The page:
Although the present government is not very favourably inclined to subsidies yet obtaining compulsions of certain sectors such as prevailing economic situation due to Covid-19 pandemic and political environment in the country where some parties and their leaders primarily believe in freebies and subsidies for own survival and empowerment, the government has continued it in certain areas. A major chunk of such allocations have gone in favour of food subsidy with estimated 206,831 crore in 2022-23 for the poor whose work and employment has been compromised owing to the continued pandemic scenario. Then another 1,05,222 crore has been shelved with on account of the fertilizer subsidy for the farmers. The UPA (Congress led) government orders issued in 2010 about withdrawal of subsidy over the petroleum products were effectively implemented in 2014 by the NDA government (BJP led); however, such subsidy under the LPG (cooking gas) and kerosene continued. Now the kerosene use (minimal, if at all any) and subsidy thereupon has been discontinued; the petroleum subsidy comprises of LPG only and 5,813 crore has been catered for it in the ensuing year. Certain other miscellaneous subsidies mainly include interest subsidy, subsidy on price support scheme on the agricultural produce and assistance to the state agencies for procurement, and an amount of 37,773 crore has been provided for the purpose.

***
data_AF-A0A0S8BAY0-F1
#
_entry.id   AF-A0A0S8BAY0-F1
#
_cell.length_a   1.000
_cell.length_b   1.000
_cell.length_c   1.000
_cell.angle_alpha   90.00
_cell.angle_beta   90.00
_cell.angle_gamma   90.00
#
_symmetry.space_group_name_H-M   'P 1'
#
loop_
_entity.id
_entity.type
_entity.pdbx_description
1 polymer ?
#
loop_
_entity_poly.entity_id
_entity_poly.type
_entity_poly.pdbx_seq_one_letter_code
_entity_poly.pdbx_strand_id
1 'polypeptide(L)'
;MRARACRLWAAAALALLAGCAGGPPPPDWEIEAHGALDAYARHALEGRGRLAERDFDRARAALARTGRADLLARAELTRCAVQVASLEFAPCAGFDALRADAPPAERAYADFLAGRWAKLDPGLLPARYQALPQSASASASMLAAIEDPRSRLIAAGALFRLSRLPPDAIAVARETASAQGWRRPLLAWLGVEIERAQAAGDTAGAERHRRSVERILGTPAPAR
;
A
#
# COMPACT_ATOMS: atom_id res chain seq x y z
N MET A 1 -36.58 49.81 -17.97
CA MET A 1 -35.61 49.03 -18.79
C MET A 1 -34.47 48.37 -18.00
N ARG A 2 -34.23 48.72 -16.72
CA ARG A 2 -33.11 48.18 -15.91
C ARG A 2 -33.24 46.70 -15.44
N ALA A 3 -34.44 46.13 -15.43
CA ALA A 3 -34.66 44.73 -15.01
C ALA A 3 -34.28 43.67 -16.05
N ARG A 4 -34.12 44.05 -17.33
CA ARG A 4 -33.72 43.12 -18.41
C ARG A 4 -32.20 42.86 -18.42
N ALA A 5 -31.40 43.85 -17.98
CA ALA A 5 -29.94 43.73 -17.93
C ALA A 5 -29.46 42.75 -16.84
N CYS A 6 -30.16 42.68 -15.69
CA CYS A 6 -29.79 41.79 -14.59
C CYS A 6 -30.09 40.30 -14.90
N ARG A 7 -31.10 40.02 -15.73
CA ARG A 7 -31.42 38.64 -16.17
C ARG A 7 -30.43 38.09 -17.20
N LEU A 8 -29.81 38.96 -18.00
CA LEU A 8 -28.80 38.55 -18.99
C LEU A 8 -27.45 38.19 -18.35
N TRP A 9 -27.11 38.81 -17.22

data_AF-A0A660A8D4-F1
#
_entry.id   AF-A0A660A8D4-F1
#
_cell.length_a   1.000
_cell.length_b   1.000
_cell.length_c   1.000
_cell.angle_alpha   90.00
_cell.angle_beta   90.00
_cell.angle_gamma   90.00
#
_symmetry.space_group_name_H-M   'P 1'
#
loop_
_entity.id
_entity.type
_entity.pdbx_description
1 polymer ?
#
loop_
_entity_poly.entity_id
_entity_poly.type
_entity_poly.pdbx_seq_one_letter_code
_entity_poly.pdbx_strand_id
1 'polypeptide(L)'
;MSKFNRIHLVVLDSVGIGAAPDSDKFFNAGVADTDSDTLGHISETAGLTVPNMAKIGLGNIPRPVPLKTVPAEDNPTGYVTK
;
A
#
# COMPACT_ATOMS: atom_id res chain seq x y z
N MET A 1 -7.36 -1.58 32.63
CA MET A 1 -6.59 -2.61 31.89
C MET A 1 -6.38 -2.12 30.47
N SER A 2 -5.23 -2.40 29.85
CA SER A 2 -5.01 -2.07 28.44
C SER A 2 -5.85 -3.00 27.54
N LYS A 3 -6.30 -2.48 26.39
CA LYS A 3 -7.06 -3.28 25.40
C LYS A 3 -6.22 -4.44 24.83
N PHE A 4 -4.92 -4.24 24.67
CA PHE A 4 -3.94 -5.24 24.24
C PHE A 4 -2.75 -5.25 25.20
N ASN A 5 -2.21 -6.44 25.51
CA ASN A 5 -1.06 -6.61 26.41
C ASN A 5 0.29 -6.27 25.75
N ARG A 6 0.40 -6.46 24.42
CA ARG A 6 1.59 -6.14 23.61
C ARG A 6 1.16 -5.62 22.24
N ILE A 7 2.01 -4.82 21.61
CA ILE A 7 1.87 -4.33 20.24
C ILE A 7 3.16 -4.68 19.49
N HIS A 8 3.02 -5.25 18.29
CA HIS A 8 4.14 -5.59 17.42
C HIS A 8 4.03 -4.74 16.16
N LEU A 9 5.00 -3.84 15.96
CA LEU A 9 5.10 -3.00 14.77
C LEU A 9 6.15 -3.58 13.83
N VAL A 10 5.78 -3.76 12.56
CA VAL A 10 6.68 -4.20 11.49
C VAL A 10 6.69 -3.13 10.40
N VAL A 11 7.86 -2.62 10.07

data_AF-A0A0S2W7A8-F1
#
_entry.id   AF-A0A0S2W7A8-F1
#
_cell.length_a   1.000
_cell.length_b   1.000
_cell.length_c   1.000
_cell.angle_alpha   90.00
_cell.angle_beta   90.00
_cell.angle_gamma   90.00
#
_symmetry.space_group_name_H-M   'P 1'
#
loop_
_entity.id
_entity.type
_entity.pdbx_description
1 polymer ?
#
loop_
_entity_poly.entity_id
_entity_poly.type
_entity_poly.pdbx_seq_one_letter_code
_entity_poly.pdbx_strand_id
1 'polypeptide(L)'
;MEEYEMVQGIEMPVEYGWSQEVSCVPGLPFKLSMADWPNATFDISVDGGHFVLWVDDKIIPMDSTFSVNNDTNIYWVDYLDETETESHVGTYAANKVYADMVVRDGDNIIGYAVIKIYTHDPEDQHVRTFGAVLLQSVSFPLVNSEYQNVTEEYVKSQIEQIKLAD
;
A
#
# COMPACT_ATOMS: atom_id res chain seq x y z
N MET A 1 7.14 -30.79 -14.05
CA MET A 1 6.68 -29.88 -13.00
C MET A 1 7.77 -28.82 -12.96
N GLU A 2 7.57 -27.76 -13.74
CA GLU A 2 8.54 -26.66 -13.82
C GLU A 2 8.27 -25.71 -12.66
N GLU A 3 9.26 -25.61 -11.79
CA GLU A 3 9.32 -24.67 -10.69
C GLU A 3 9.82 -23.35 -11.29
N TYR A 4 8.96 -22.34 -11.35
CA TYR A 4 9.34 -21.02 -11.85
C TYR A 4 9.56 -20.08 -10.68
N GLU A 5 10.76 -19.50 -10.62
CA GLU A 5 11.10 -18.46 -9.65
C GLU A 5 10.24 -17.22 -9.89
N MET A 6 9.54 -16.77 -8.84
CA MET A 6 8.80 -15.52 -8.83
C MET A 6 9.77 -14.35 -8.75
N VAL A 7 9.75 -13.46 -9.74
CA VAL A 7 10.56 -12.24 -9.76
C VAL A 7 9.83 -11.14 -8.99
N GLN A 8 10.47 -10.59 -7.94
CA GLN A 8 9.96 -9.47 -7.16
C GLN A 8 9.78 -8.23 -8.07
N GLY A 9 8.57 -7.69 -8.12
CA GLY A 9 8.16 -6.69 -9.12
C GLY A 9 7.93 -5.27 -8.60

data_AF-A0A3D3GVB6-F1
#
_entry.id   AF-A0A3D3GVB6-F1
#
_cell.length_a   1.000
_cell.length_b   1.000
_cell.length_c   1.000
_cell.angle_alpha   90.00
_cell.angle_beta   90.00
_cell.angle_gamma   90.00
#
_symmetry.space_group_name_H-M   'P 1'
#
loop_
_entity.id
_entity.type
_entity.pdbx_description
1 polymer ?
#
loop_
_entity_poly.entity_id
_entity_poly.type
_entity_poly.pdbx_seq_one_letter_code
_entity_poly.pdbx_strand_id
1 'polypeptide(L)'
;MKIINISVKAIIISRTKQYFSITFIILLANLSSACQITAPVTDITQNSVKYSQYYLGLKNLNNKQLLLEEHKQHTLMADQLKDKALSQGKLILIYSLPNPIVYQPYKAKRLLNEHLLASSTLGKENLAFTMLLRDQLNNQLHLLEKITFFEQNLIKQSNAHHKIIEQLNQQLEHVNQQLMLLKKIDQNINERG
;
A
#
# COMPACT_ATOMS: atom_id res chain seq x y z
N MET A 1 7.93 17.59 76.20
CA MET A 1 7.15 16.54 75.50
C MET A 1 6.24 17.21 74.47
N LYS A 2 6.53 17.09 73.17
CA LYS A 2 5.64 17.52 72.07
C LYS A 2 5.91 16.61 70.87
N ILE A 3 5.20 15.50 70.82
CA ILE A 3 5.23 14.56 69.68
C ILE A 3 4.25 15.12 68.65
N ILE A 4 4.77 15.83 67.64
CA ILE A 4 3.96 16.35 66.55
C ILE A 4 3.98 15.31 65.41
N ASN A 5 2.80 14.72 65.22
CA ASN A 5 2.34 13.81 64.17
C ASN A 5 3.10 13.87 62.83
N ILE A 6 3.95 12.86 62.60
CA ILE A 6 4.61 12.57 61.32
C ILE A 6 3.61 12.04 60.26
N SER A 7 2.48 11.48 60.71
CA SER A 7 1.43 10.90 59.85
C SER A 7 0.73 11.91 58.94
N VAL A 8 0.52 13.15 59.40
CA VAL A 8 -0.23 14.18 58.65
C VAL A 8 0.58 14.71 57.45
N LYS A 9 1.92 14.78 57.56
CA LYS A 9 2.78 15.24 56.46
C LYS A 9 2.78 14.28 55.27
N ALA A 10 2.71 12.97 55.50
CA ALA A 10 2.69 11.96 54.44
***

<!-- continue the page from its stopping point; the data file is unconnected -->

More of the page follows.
India continues to remain the second most populous country with a approximately 140 crore people and is likely to overtake China in the next few years. The Chinese corona virus unleashed from Wuhan towards the end of 2019 continues to cause havoc over the entire world population except China (merely crossed 1 lakh cases sometime back) during its multiple waves so much so that recently USA with about 33 crore population had reported over 10 lakh new cases and another small country like France with barely 6 crore population about 5 lakh cases in a single day. On the other hand, India despite its population and many constraints has not only managed it well so far but also undertaken the largest free and successful vaccination programme for its citizens. A provision of 87,000 crore has been catered in the Budget Estimate 2022-23 for this purpose. This analysis will remain incomplete if Defence is not mentioned here, an area which was constantly ignored or given low priority by the previous governments. With two potential adversaries, or we can call them enemies, with constant hostilities on the eastern and western borders, Defence has continued to receive a high priority during the last seven years. Accordingly, an allocation of 525,166 crore has been made in the next year’s budget for this purpose.
Author’s Take on Budget 2022-2023